Max Scherzer: 'My time in Detroit was awesome'

Chris McCosky
The Detroit News

Viero, Fla. — The hair is longer. He's driving a hot, new Tesla and he's got a few more pesos in the bank account.

Other than that, it was the same old Max Scherzer who held court with the Detroit media before the Tigers played the Nationals Wednesday.

"My time in Detroit was awesome," he said. "But that's what happens in this game. Sometimes these things happen and it's unfortunate that the way the team was constructed I wasn't able to stay around.

"But at the end of the day, my time in Detroit, I enjoyed everything about it. Some of the best moments of my career were there. I will always think of it very highly."

Scherzer said he knew two years ago that the Tigers were going to have to do some financial restructuring — he just didn't know it would involve him."

"Guess what, it's like that for every club," he said. "You start looking at guys and their service time and free agency and you know not everybody gets to stay together. A couple of years ago in Detroit you could see it coming. The whole team wasn't going to stay together from those 2012, 2013 teams. Pieces were going to be moved. It's just the nature of baseball and professional sports, really."

Scherzer, after rejecting a $144 million offer from the Tigers before the 2014 season, signed for seven years and $210 million with the Nationals. He took out full page ads in both Detroit papers thanking the fans and has since tried his best not to hear whatever negative reaction the Detroit fans had about him leaving.

"I can only worry about myself," he said. "I can't worry about what other people think. If I get caught up in that type of train of thought, I will run myself crazy."

David Price, who started the game for the Tigers Wednesday, is in the same free agent-to-be boat that Scherzer was in at this time last year. Scherzer was asked what advice he would give him.

"It's something you have to address; you only get one shot to do this, to sign a big deal, and he's in a position to do it," Scherzer said. "Whether he does it now or in the offseason, that's his choice. But you have to do it right and it has to be something you are comfortable with."

Scherzer, by rejecting the Tigers' offer, essentially bet on himself. He mitigated his risk somewhat by taking out a multi-million dollar insurance policy, but mostly, he believed he could enhance his value, not lessen it, with another stellar season — which he did.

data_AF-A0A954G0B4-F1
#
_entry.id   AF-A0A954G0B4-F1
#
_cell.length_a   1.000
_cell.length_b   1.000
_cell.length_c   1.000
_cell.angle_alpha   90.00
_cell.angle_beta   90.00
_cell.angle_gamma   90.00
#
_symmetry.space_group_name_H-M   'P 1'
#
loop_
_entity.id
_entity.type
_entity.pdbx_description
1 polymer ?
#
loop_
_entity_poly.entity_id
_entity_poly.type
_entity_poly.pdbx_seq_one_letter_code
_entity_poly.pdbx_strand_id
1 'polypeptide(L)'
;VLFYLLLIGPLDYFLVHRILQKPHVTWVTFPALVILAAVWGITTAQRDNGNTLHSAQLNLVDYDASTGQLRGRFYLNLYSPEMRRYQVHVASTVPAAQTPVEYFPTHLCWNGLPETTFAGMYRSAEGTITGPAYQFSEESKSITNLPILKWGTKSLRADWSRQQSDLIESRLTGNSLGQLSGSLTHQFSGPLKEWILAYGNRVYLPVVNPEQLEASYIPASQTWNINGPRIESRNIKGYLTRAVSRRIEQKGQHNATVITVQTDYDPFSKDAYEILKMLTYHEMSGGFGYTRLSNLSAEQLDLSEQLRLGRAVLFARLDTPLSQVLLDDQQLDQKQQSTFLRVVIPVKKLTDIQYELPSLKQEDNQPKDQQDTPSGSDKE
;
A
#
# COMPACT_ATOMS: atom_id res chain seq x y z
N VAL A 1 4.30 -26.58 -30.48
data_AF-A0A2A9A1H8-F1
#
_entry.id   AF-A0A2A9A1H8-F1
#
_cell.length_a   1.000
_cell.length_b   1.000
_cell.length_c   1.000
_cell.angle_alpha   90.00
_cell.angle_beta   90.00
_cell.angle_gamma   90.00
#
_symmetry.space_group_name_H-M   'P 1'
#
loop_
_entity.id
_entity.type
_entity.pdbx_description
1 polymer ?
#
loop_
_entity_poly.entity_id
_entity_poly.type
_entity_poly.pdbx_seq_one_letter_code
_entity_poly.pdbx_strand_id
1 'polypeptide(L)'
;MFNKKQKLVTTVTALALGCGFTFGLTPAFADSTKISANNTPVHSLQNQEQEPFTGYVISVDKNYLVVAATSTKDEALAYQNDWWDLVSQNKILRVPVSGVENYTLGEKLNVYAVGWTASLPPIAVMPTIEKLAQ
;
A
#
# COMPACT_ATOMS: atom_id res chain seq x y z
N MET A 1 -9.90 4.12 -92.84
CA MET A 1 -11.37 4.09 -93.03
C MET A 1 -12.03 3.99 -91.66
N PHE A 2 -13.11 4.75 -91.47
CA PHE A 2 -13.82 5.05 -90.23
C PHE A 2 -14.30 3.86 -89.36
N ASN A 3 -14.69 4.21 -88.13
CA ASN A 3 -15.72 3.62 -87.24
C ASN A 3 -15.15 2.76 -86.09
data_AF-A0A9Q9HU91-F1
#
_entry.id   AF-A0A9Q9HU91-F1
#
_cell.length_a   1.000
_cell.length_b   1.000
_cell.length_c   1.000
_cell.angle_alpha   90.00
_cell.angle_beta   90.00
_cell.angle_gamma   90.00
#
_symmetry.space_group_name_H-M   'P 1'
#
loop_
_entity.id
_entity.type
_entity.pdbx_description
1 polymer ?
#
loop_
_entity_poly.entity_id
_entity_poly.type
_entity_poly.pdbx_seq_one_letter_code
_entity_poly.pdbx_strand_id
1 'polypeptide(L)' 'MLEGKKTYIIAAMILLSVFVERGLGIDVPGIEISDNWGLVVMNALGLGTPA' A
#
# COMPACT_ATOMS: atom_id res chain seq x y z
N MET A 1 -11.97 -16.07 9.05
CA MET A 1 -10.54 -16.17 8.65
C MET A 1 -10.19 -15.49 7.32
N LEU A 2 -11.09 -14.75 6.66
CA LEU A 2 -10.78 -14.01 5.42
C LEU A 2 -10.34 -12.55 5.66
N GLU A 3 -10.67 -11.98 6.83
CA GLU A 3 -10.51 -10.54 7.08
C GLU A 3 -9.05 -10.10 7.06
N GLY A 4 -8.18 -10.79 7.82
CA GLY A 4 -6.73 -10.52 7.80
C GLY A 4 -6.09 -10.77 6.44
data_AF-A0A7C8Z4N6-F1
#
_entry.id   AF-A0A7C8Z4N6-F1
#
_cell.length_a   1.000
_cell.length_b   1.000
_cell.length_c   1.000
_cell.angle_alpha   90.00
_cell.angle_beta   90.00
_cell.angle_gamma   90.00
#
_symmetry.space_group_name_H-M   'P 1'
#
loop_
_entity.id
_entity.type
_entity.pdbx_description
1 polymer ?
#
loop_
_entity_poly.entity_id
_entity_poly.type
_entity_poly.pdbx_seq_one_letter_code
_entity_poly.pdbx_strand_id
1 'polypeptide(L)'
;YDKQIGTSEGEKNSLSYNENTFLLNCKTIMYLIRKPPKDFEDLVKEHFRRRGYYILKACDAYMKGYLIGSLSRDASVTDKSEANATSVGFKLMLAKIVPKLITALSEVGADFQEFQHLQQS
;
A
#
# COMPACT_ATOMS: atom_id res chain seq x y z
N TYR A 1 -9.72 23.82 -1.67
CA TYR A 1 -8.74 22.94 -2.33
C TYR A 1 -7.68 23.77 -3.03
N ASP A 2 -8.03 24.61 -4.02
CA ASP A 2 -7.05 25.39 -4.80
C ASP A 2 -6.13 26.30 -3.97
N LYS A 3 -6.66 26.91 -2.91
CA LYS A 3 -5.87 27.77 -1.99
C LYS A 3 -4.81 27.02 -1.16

"The biggest advice I can give (Price) is, when he comes to the park, it has to be all about winning," Scherzer said. "There is no room for anything else. There can be no other motivation. The only motivation is to go out there and win every single time. That worked for me."

Besides posting an 82-35 record in five seasons in Detroit, winning four postseason games and a Cy Young, Scherzer also ran a diverse and unfailingly entertaining and lucrative (for him) series of pools in the Tigers' clubhouse.

Manager Brad Ausmus wanted it relayed to Scherzer that the team was on to him, that he was rigging the pools, which is why he won so often.

"They just don't have the type of talent and skill I brought to the table," Scherzer said, laughing. "They are going to miss that a lot. Running the pools, the formats and the payouts, I just don't know who is going to be able to do that."

As for rigging the pools, Scherzer said, "Now maybe they can get some of their money back. I seemed to have robbed a lot of them. And their No. 1 excuse was that I rigged it. It's more that I just outperformed them."

Scherzer was two years away from free agency when Justin Verlander signed his $180 million extension with the Tigers. Even at that point, Scherzer didn't think his days as a Tiger were numbered.

"Not at that point," he said. "I knew there was still a chance. I never thought the door was closed until it was. Just because I know with Mr. I (Ilitch), there's always a chance. Mr. I does a great job providing for the city of Detroit. But I knew that whole team wasn't going to be able to stay together."

He wouldn't talk about the specifics of the negotiations with the Tigers, and he said he hoped the Tigers (president and general manager) Dave Dombrowski would also keep the specifics private — which Dombrowski has.

Scherzer was asked if he was surprised when Dombrowski made details of the $144 million offer and Scherzer's rejection of it public last year.

"You are making me tread water here," he said. "I will just say 'yes.'"

But make no mistake, Scherzer is not apologizing for how he handled the process or for cashing in.

"Players before me have fought really hard to get the game to where it is at now," he said. "The reason I was able to sign the contract I did was because everybody before me fought to put players in the future in that position. I respect that. A lot of guys have had to do a lot of sacrifices to allow players to get really big contracts in free agency.

"I'm very thankful for what they've done. Given that, I wanted to continue to be one of those players that continued to fight for the rest of the players in the league."

The Tigers didn't bring a lot of regulars to Viera Wednesday, so Scherzer won't get the opportunity to chirp at the likes of Miguel Cabrera or Victor Martinez.

"I hope there is somebody I can talk crap to," he said. "I keep in touch with a few guys. I had too much fun with a lot of them not to."

Chris McCosky on Twitter @cmccosky